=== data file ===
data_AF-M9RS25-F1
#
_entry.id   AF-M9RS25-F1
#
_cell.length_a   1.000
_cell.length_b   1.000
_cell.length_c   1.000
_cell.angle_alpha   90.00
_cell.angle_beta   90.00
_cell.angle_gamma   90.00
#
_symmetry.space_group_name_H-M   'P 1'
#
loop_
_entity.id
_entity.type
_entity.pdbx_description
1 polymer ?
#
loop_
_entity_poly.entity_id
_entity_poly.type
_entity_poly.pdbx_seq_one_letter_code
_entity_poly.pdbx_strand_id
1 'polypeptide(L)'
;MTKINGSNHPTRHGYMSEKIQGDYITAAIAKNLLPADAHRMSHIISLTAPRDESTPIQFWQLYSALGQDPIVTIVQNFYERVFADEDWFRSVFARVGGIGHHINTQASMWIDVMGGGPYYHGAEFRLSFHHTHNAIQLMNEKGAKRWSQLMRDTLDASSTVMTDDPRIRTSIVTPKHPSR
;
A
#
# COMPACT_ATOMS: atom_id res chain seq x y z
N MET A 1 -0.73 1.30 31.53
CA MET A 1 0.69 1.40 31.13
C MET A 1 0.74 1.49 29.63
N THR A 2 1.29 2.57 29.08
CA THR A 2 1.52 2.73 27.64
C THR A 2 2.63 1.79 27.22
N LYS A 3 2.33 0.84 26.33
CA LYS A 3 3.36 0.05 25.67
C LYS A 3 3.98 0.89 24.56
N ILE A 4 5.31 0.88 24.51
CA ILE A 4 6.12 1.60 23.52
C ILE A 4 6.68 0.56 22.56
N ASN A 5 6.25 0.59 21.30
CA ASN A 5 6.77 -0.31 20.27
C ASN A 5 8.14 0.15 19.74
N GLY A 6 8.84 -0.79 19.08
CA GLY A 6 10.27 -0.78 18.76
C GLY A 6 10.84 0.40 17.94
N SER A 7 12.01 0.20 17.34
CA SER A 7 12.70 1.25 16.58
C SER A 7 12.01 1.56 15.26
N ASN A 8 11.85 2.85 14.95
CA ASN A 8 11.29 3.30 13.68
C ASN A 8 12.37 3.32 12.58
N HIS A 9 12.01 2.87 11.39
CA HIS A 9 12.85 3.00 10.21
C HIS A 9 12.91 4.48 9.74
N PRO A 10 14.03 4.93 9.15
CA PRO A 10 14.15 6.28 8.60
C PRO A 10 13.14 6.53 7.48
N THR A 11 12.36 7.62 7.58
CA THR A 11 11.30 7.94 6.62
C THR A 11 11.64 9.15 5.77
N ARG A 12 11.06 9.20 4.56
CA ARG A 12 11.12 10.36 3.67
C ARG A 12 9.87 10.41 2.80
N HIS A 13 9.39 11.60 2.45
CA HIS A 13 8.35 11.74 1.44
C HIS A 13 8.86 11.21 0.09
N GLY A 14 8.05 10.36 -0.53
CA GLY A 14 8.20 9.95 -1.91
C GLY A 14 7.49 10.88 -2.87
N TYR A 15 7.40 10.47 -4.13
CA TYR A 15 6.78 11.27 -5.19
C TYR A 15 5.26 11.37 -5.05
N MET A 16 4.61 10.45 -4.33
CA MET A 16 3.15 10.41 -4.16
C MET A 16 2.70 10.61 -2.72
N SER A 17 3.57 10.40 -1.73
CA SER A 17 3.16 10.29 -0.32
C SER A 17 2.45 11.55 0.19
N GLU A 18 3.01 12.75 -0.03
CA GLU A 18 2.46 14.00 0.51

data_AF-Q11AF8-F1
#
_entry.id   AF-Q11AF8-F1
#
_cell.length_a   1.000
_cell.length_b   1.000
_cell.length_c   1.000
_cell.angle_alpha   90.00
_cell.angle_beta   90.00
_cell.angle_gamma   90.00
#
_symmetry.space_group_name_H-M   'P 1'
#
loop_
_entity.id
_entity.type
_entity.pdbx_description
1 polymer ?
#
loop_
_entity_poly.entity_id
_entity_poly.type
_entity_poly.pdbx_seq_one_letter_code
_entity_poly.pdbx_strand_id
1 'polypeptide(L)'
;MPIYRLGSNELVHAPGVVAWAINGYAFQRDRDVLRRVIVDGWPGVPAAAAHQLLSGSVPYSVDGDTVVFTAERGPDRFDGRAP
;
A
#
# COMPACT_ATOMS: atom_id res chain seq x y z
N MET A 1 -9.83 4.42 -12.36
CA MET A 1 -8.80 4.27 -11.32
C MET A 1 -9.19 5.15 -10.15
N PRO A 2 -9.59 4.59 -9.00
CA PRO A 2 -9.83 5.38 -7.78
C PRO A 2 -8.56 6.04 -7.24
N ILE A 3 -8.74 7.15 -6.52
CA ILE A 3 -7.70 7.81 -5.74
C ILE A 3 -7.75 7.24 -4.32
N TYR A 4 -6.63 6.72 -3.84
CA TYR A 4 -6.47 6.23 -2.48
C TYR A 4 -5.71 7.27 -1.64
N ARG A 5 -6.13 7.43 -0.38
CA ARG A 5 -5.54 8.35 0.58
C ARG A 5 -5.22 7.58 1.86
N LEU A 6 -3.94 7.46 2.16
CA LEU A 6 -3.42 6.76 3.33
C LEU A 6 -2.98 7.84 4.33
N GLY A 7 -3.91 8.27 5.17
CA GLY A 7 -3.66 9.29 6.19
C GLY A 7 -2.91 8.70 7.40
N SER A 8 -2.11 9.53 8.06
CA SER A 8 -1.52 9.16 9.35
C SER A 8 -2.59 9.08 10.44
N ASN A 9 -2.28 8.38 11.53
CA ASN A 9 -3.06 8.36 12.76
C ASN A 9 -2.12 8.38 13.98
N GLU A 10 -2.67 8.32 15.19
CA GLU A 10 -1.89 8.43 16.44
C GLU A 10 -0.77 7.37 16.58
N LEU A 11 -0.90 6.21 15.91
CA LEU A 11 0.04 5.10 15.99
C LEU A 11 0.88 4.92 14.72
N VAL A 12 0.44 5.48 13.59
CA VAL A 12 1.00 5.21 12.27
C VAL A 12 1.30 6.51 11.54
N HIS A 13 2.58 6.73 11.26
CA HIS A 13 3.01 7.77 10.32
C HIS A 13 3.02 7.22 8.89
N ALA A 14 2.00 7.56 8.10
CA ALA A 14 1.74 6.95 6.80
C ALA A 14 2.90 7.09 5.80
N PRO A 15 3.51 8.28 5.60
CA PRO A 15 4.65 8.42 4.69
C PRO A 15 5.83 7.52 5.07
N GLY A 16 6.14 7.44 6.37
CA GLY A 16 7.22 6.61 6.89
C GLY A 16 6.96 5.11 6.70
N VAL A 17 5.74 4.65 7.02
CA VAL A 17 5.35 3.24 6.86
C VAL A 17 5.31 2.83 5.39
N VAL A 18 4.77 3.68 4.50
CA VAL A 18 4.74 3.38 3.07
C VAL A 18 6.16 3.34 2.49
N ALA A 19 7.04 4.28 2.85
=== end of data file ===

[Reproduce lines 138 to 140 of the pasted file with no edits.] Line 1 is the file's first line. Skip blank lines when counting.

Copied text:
N ASN A 9 -2.28 8.38 11.53
CA ASN A 9 -3.06 8.36 12.76
C ASN A 9 -2.12 8.38 13.98